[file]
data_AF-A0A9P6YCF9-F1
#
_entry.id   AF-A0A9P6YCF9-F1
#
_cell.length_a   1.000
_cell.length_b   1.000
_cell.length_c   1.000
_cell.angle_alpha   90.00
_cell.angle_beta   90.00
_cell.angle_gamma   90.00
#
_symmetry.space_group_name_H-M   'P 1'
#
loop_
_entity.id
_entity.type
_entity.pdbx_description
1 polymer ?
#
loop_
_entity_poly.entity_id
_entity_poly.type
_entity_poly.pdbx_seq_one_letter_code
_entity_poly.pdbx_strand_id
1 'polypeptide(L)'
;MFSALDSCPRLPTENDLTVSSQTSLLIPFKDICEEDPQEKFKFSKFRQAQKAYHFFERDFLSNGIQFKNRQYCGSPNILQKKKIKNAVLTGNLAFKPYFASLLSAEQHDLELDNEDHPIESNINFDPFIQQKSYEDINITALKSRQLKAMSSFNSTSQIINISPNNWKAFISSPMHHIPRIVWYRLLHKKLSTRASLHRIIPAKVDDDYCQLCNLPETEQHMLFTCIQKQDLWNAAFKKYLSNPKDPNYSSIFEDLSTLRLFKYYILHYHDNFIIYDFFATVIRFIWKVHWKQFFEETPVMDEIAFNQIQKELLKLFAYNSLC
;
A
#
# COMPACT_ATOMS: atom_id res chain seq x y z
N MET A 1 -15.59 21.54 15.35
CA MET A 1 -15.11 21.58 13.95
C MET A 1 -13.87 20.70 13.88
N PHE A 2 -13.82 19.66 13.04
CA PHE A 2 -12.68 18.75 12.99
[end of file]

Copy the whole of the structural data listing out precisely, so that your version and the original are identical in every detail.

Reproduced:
data_AF-A0A9P6YCF9-F1
#
_entry.id   AF-A0A9P6YCF9-F1
#
_cell.length_a   1.000
_cell.length_b   1.000
_cell.length_c   1.000
_cell.angle_alpha   90.00
_cell.angle_beta   90.00
_cell.angle_gamma   90.00
#
_symmetry.space_group_name_H-M   'P 1'
#
loop_
_entity.id
_entity.type
_entity.pdbx_description
1 polymer ?
#
loop_
_entity_poly.entity_id
_entity_poly.type
_entity_poly.pdbx_seq_one_letter_code
_entity_poly.pdbx_strand_id
1 'polypeptide(L)'
;MFSALDSCPRLPTENDLTVSSQTSLLIPFKDICEEDPQEKFKFSKFRQAQKAYHFFERDFLSNGIQFKNRQYCGSPNILQKKKIKNAVLTGNLAFKPYFASLLSAEQHDLELDNEDHPIESNINFDPFIQQKSYEDINITALKSRQLKAMSSFNSTSQIINISPNNWKAFISSPMHHIPRIVWYRLLHKKLSTRASLHRIIPAKVDDDYCQLCNLPETEQHMLFTCIQKQDLWNAAFKKYLSNPKDPNYSSIFEDLSTLRLFKYYILHYHDNFIIYDFFATVIRFIWKVHWKQFFEETPVMDEIAFNQIQKELLKLFAYNSLC
;
A
#
# COMPACT_ATOMS: atom_id res chain seq x y z
N MET A 1 -15.59 21.54 15.35
CA MET A 1 -15.11 21.58 13.95
C MET A 1 -13.87 20.70 13.88
N PHE A 2 -13.82 19.66 13.04
CA PHE A 2 -12.68 18.75 12.99